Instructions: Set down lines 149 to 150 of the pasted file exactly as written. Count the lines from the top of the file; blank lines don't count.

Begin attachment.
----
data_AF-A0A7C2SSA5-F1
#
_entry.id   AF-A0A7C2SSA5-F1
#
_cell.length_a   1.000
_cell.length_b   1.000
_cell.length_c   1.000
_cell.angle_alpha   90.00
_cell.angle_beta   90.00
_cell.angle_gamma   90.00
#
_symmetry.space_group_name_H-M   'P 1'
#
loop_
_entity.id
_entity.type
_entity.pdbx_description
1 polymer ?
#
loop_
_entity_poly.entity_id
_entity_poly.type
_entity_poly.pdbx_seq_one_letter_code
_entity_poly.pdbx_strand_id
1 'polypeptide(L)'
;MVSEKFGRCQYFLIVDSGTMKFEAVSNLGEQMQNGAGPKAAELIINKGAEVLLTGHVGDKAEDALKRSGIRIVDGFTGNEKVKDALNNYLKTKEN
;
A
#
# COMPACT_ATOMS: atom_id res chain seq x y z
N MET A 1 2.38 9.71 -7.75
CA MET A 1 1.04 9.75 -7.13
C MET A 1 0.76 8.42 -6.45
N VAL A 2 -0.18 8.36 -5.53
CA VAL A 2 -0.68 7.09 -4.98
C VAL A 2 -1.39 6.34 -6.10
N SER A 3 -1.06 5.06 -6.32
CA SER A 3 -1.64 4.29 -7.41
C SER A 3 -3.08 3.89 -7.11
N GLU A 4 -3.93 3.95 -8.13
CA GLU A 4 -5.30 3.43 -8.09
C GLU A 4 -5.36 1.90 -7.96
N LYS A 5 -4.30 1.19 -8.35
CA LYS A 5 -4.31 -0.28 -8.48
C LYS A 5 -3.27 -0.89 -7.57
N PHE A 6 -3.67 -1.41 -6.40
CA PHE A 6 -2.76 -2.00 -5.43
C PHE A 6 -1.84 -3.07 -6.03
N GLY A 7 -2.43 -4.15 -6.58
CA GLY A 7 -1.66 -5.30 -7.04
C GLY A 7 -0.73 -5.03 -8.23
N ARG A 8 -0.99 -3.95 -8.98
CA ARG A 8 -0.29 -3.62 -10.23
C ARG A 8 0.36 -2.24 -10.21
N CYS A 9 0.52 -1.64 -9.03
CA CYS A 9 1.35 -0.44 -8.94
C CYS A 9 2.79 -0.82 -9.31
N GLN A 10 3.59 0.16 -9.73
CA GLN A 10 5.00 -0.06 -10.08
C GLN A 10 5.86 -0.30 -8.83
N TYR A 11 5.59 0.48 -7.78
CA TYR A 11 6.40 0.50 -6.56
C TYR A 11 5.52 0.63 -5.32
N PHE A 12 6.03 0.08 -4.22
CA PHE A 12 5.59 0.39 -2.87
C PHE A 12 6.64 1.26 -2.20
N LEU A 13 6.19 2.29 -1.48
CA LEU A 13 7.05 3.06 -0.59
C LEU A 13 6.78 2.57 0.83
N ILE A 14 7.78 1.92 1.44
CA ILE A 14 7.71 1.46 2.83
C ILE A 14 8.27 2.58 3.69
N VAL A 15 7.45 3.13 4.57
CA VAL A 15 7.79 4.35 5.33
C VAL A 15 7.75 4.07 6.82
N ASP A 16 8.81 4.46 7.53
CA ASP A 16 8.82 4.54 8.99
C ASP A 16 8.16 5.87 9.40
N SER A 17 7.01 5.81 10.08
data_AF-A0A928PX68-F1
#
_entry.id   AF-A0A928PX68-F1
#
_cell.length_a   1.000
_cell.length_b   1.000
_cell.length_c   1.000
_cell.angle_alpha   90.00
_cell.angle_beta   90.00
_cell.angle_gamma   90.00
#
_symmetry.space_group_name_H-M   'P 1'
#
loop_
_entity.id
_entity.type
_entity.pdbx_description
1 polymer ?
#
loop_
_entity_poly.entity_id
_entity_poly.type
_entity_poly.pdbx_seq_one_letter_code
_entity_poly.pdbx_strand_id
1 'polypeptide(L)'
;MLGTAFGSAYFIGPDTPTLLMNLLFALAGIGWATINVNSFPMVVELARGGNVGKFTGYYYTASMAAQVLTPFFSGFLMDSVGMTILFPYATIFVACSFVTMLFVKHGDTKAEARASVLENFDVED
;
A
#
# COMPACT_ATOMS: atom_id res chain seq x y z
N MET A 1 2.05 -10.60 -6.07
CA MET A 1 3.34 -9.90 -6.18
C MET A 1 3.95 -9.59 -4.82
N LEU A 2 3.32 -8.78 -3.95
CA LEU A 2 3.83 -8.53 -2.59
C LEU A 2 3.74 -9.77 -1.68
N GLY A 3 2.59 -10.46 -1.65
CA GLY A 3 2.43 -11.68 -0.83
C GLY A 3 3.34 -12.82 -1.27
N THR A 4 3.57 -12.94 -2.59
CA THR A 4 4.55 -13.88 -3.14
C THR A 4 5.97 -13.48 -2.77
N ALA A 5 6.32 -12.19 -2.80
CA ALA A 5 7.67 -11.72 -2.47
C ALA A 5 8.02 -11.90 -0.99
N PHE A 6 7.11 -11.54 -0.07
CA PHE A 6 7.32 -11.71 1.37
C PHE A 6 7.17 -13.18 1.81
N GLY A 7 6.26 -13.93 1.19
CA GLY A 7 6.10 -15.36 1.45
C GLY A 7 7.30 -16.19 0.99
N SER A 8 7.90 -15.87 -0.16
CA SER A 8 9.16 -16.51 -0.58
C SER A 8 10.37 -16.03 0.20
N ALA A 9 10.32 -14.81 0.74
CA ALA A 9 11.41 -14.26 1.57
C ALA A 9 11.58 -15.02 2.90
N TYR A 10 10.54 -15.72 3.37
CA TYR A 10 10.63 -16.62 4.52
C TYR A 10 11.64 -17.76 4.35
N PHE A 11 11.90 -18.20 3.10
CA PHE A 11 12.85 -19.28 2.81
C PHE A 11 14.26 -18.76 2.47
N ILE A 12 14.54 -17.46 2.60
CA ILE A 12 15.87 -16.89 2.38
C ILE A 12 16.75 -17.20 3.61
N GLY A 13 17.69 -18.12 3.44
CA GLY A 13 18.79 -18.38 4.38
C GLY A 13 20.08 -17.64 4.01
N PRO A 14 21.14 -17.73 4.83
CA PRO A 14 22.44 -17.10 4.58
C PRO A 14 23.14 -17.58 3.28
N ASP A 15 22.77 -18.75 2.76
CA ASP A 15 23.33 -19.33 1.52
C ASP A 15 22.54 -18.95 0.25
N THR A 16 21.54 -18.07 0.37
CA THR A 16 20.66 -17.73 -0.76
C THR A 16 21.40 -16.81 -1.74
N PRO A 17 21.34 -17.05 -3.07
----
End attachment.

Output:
N PRO A 14 21.14 -17.73 4.83
CA PRO A 14 22.44 -17.10 4.58